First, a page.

the management of all new disease. The FPT and MDT must work closely together. Pathways of care must ensure prompt and effective transition of care across health care boundaries, including traditional boundaries that exist within the community, between community and hospital, and between different specialist groups in hospitals. The publication in April 2011 of new QOF indicators for general practice, together with the NICE Guidelines CG 119, SIGN Guidelines 116 and the NICE Quality Standard 10 completes the picture for the minimum expectations for people with diabetes. The present document demonstrates the way in which these requirements can be brought together in an integrated pathway of care.

TreaTmenT of aCTive disease of The fooT


Active disease of the foot includes: Ulceration, with or without infection and peripheral arterial disease Peripheral arterial disease without ulceration Acute Charcot foot Painful peripheral neuropathy Disease of the foot unrelated to diabetes. ulceration All ulcers should be referred to the MDT within 24 hours. peripheral arterial disease without ulceration People thought to have symptomatic peripheral arterial disease should be referred either to a vascular surgical unit for assessment, or to the MDT. acute Charcot foot People with diabetes and neuropathy who develop unexplained inflammation of the foot should be assumed to have an acute Charcot foot and referred by phone for urgent assessment by the MDT. They should be told not to take weight on the foot until they have been seen. painful peripheral neuropathy Guidelines for the management of painful neuropathy have been published (NICE CG 96 and SIGN 116) and this can be supervised in general practice, provided that the GP is confident that the neuropathy is the cause of the pain. Referral to an MDT may be necessary for assessment. disease of the foot unrelated to diabetes Symptoms or signs of other diseases should be managed appropriately.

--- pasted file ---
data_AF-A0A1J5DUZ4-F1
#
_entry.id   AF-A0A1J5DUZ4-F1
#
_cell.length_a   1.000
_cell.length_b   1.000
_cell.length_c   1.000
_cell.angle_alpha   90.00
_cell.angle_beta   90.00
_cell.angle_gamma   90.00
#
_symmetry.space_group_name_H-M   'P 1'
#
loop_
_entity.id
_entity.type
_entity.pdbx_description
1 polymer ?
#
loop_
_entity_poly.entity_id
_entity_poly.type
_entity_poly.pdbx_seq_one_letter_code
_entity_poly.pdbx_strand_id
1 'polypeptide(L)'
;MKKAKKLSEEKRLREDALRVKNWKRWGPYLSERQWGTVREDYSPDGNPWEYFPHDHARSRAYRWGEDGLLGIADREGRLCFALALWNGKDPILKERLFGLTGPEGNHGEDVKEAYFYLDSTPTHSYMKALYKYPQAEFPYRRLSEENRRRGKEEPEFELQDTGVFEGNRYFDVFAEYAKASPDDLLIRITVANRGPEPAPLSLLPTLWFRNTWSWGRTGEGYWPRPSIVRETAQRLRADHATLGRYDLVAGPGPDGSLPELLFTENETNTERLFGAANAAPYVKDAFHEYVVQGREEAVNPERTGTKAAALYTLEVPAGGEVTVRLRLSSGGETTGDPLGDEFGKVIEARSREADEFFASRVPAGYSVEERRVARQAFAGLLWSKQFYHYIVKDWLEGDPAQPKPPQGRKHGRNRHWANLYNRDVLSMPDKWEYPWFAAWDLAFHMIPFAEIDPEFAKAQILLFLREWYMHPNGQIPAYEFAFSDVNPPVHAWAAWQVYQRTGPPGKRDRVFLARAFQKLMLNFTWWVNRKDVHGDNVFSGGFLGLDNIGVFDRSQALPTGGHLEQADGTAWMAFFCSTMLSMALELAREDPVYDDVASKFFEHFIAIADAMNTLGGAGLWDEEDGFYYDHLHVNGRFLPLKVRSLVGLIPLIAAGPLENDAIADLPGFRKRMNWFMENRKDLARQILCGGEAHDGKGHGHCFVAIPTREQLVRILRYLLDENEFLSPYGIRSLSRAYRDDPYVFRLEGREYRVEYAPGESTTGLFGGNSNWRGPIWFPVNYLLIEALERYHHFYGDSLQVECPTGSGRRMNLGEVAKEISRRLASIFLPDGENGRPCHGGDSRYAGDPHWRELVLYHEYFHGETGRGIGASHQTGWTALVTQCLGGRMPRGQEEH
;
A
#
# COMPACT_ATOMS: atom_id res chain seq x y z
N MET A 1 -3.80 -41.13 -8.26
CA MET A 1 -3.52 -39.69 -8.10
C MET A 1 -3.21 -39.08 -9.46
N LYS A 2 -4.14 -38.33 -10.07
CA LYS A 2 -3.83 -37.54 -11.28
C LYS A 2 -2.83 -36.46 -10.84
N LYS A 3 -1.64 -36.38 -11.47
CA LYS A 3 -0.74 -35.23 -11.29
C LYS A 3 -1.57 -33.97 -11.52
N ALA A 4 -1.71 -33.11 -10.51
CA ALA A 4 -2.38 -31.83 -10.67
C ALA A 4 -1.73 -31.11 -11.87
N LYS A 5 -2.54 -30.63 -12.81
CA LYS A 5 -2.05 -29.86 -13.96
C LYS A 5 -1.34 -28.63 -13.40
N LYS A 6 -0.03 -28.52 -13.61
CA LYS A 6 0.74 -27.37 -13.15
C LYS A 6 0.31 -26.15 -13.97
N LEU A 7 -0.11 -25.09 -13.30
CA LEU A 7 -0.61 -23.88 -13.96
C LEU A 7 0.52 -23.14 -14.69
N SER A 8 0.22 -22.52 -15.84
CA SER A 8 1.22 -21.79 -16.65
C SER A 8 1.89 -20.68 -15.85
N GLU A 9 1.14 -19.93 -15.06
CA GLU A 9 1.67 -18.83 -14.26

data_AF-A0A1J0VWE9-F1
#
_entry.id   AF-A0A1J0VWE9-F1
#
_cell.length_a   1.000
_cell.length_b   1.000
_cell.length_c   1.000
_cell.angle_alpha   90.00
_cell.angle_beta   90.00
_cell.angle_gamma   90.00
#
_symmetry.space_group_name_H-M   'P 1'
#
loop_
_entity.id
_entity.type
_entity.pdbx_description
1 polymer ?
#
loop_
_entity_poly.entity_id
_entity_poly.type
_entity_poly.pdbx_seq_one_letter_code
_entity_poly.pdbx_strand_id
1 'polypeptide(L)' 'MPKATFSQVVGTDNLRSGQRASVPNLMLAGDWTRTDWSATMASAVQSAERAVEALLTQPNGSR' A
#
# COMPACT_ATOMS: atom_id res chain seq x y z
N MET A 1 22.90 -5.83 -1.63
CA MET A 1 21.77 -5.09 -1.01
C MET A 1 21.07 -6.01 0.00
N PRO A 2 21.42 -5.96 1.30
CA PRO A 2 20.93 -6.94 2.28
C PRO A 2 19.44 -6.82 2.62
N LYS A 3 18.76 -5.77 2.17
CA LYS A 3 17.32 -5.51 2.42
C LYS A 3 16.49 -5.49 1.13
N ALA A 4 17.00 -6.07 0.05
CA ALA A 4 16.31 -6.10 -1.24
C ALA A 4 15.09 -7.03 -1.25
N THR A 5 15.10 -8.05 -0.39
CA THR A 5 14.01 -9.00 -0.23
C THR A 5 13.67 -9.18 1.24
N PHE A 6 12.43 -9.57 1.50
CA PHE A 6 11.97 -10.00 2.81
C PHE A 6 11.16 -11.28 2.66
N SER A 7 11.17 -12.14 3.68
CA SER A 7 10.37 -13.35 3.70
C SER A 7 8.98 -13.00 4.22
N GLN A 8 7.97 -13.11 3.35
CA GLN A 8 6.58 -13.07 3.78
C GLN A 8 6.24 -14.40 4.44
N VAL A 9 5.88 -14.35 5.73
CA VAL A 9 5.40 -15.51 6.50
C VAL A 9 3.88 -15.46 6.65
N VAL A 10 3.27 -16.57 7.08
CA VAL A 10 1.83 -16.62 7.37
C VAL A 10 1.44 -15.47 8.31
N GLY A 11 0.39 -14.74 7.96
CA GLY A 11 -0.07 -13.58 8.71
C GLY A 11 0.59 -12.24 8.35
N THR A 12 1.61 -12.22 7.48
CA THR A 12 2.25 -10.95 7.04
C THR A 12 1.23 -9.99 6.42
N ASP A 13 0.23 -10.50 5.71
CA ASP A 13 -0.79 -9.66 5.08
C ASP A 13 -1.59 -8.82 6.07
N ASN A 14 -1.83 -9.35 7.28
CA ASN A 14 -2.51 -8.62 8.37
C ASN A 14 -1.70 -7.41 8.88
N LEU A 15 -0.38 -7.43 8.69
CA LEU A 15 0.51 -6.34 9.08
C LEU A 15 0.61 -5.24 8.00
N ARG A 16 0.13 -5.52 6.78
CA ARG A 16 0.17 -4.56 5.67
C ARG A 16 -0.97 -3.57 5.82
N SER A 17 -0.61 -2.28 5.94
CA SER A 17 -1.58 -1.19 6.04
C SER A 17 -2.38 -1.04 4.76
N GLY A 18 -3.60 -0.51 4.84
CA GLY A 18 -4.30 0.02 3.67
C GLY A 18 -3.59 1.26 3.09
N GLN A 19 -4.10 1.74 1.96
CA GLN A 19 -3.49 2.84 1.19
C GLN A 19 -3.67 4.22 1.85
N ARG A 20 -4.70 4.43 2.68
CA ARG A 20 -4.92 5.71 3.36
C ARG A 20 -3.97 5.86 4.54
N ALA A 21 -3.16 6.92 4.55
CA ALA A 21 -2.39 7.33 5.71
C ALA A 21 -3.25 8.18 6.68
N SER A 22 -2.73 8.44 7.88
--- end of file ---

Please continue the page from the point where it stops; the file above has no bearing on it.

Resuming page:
The sTruCTure of an effeCTive fooT Care paThway


The essential elements of an effective clinical service have been described in Putting Feet First (2009), and Putting Feet First National Minimum Skills Framework (2011), both released jointly by Diabetes UK and NHS Diabetes. These documents define the services to which each person with diabetes should have access for both prevention and treatment of foot disease. The National Minimum Skills Framework also defines the constitution and responsibilities of the teams necessary to provide these services: the Foot Protection Team (FPT) with a primary responsibility for prevention, and the Multidisciplinary Team (MDT) which should coordinate